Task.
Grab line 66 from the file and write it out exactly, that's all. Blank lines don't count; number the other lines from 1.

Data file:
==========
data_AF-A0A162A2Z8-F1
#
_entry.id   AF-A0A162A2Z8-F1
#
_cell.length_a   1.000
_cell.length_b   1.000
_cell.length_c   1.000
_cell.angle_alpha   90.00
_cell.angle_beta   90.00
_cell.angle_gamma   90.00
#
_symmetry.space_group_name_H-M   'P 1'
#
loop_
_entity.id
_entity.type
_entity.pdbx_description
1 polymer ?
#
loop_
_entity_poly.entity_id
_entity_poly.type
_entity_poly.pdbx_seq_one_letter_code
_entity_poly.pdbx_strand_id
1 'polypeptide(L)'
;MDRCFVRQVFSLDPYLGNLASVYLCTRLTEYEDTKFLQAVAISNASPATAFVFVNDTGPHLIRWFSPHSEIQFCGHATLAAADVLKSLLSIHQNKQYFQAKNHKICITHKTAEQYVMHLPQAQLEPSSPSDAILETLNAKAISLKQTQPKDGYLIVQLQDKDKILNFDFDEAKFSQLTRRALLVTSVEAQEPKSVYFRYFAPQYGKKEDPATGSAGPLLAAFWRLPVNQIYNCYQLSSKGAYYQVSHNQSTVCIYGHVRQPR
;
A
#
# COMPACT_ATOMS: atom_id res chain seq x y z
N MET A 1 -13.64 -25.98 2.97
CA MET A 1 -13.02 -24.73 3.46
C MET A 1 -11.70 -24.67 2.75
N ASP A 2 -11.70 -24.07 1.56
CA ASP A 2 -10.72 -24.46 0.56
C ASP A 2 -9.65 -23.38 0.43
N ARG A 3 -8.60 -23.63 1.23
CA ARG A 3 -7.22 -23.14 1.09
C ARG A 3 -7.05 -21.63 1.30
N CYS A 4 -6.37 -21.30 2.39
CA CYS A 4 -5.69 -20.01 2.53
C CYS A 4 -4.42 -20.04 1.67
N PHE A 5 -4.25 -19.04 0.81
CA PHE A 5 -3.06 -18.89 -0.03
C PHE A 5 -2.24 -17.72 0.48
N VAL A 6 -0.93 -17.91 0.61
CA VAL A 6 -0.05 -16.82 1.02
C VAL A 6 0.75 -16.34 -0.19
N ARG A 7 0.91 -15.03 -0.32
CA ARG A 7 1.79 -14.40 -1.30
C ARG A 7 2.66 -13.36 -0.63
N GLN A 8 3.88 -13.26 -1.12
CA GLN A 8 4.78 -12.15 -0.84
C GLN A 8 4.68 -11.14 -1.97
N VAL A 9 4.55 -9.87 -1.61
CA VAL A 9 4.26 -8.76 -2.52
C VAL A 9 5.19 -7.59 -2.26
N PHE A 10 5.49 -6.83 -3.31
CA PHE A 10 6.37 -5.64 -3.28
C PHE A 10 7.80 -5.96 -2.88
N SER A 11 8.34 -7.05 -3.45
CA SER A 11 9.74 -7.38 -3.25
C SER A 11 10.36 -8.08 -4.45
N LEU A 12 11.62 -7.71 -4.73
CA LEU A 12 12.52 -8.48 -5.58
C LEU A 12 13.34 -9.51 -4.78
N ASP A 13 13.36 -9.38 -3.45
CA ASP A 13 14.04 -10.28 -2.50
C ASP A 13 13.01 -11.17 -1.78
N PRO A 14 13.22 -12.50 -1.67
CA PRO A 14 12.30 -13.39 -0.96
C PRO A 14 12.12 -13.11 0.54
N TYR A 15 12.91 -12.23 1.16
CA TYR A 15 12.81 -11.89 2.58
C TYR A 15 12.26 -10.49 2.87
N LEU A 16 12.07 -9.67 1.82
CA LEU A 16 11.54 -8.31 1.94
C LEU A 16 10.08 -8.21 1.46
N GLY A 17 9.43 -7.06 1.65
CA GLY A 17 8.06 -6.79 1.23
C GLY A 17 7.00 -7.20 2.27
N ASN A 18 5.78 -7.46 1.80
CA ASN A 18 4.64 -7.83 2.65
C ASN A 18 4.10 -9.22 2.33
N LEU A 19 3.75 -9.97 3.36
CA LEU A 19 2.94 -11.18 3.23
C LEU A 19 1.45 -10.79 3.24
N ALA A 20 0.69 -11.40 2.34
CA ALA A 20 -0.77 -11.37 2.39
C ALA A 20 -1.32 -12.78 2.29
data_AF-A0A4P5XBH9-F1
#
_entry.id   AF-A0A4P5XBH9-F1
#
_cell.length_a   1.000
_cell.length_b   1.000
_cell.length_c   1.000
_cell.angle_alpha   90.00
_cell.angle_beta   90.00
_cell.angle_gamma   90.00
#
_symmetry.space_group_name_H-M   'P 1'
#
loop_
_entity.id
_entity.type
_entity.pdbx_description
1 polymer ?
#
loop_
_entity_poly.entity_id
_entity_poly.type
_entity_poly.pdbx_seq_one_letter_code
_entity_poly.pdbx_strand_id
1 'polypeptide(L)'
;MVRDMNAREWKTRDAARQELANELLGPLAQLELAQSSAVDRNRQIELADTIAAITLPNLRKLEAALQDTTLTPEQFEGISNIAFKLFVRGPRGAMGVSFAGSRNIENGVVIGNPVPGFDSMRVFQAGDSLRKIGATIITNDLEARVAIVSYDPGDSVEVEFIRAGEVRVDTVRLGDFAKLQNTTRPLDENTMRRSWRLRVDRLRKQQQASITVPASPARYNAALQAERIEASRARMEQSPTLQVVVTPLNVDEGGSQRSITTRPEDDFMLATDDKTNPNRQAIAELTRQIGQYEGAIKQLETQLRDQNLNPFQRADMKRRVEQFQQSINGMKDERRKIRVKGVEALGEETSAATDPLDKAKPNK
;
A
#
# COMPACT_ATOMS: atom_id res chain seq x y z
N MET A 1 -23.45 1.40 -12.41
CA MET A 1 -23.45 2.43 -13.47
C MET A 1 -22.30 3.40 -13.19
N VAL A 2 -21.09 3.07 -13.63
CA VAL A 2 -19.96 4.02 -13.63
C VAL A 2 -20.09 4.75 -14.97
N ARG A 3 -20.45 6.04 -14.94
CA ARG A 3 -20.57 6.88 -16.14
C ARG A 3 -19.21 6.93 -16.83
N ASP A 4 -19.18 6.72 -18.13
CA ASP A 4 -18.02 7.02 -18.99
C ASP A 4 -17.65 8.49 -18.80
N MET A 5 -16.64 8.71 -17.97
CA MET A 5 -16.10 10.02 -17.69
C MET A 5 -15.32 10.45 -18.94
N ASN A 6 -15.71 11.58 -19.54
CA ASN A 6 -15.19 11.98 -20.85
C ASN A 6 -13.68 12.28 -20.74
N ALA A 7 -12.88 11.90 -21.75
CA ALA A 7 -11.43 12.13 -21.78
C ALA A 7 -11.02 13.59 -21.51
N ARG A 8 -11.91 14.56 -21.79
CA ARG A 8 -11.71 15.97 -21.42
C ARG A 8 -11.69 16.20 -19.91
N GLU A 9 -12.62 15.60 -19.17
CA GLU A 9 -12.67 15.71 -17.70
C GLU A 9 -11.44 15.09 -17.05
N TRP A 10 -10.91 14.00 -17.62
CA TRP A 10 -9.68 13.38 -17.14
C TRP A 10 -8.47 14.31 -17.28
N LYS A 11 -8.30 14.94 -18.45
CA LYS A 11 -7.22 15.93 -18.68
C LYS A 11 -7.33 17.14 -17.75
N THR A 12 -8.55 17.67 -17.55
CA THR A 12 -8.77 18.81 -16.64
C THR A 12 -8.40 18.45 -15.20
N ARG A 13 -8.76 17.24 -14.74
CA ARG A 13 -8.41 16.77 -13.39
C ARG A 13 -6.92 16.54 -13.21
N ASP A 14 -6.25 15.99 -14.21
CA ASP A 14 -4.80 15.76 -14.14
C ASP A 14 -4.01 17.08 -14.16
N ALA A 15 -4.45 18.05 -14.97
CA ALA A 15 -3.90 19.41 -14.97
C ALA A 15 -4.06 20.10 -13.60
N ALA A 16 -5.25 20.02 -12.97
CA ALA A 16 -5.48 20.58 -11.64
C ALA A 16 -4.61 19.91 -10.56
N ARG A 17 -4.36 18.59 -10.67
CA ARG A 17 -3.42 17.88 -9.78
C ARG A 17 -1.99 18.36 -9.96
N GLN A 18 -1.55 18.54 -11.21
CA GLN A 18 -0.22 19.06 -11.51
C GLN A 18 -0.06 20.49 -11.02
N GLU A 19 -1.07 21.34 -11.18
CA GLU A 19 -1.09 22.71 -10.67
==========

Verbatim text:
C LEU A 12 13.34 -9.51 -4.78